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Irritable bowel syndrome (IBS) is a gastrointestinal (digestive) problem
that affects up to 15% of adults (during their lifetimes) in developed countries.
Irritable bowel syndrome is a functional disorder, meaning that tests do not
reveal a cause in the structure of the bowel such as an obstruction or a tumor.
Irritable bowel syndrome is completely different from Crohn
disease or ulcerative colitis, which are inflammatory
diseases of the intestine. Having IBS does not increase the risk of developing
colon cancer. Gastroenterologists (doctors with specialized
training in treating disorders of the bowel and other digestive organs) may
be consulted to help diagnose and treat IBS. The August 18, 2004, issue of JAMA includes an article about IBS that reviews evidence
that IBS may be related to abnormal fermentation (chemical
breakdown) of food by bacteria inside the bowel.
Bloating and gas (particularly after eating)
Urgency to have a bowel movement, sometimes right
after having one
Abnormal stool form (including the passage of mucus)
Medical testing may be done to rule out other causes of these symptoms.
Blood in the stool is an important reason to see your doctor. It is not a
typical symptom of IBS.
Eating a large meal
High-fat or high-fiber meals
If your symptoms become worse after drinking milk or eating other dairy
products, you may have lactose intolerance. This
intolerance is the inability to digest the sugars (lactose) found in milk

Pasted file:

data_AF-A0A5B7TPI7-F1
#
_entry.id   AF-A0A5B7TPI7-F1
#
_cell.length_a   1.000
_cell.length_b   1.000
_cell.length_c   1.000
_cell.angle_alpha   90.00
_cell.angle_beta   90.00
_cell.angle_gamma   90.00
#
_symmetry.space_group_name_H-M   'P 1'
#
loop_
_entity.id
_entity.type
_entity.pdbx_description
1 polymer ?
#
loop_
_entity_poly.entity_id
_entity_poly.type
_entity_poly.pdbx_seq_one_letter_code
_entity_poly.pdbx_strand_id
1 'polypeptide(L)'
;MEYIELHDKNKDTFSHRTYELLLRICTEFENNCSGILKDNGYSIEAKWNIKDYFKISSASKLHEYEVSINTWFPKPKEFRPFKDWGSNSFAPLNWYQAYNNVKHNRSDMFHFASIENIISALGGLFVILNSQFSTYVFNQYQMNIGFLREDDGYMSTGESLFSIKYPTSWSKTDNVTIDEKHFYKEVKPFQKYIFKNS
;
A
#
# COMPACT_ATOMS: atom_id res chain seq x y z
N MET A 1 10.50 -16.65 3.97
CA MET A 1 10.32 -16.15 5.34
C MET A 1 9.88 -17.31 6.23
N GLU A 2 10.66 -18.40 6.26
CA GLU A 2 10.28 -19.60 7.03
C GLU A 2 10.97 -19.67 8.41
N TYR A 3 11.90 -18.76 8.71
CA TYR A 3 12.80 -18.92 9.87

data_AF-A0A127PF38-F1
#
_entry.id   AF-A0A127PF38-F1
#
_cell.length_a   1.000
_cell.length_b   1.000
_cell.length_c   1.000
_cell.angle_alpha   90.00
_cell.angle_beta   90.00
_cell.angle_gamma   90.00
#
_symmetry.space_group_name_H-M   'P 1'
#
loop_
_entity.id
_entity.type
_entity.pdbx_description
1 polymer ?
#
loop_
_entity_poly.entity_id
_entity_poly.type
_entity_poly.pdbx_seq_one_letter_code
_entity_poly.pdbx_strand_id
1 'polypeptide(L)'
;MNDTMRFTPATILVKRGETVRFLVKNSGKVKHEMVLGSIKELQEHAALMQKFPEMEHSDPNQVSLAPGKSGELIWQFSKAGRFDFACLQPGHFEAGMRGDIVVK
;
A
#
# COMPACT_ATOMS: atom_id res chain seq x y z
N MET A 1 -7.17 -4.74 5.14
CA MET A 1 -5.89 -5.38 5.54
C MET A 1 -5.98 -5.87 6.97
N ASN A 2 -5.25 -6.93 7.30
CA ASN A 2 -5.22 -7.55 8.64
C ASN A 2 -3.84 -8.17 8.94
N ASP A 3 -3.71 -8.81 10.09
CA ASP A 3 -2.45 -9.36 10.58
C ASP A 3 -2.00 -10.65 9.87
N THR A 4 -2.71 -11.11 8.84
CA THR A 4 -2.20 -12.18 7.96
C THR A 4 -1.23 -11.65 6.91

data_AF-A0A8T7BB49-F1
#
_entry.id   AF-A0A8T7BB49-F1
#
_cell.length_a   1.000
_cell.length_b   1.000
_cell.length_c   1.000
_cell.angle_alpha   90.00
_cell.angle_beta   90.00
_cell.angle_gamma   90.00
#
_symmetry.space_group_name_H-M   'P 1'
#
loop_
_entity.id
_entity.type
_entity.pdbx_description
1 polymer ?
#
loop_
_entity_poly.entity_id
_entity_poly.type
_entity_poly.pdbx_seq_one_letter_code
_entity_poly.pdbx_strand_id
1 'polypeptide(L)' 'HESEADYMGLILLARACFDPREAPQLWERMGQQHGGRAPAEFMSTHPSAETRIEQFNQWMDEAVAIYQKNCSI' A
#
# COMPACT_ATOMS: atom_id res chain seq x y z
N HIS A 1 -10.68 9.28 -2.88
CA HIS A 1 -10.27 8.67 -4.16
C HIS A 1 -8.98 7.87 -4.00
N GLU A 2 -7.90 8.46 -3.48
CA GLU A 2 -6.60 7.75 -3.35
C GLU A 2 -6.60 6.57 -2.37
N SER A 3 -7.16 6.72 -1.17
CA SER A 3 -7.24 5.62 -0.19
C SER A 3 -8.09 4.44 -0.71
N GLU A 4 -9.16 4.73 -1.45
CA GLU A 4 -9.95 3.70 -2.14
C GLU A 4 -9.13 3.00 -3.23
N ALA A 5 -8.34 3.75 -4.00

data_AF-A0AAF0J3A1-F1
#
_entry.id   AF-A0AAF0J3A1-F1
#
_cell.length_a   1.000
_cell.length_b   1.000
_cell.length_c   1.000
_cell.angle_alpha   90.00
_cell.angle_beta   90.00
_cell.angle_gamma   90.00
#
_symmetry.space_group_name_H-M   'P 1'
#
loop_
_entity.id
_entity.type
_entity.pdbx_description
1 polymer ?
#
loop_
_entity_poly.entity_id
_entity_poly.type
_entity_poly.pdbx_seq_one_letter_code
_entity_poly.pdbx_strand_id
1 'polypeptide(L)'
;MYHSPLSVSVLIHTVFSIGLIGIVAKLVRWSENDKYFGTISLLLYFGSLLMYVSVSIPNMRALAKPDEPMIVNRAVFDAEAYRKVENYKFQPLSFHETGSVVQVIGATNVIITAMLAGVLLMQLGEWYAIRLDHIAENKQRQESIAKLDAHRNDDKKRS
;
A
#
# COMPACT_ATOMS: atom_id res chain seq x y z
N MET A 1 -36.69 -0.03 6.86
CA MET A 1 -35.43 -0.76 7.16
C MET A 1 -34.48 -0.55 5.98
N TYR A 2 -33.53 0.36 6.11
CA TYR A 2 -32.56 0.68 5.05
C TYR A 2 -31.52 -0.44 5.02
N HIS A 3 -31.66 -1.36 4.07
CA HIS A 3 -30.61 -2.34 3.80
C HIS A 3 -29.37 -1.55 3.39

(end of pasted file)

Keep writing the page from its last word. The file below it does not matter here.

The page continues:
and is not part of IBS. Foods themselves do not cause IBS. However, persons
with IBS may find that certain foods make their symptoms worse.
Eat a healthful, balanced diet and avoid foods
that trigger an increase in your symptoms.
Small meals during the day (instead of 3 large
meals) may be beneficial.
Engage in regular physical exercise.
Medications called antispasmodics may be prescribed
to decrease the spasms in the bowel and reduce diarrhea symptoms.
A prescription medication is available for short-term
use in women with IBS whose primary symptom is constipation.
National Institute of Diabetes and Digestive and
International Foundation for Functional Gastrointestinal
Disorders 888/964-2001 http://www.iffgd.org
Irritable Bowel Syndrome Associationhttp://www.ibsassociation.org
To find this and previous JAMA Patient Pages, go to the Patient Page
Index on JAMA's Web site at http://www.jama.com. Many are available in English and Spanish. A Patient Page on colon
cancer screening was published in the March 12, 2003, issue.
Sources: National Institute of Diabetes and Digestive and Kidney Diseases,
American Academy of Family Physicians, Irritable Bowel Syndrome Association,
International Foundation for Functional Gastrointestinal Disorders
The JAMA Patient Page is a public service of JAMA. The information and recommendations appearing on this page
are appropriate in most instances, but they are not a substitute for medical
diagnosis. For specific information concerning your personal medical condition, JAMA suggests that you consult your physician. This page
may be photocopied noncommercially by physicians and other health care professionals
to share with patients. Any other print or online reproduction is subject
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TOPIC: GASTROINTTESTINAL HEALTH
Torpy JM, Lynm C, Glass RM. Irritable Bowel Syndrome. JAMA. 2004;292(7):886. doi:10.1001/jama.292.7.886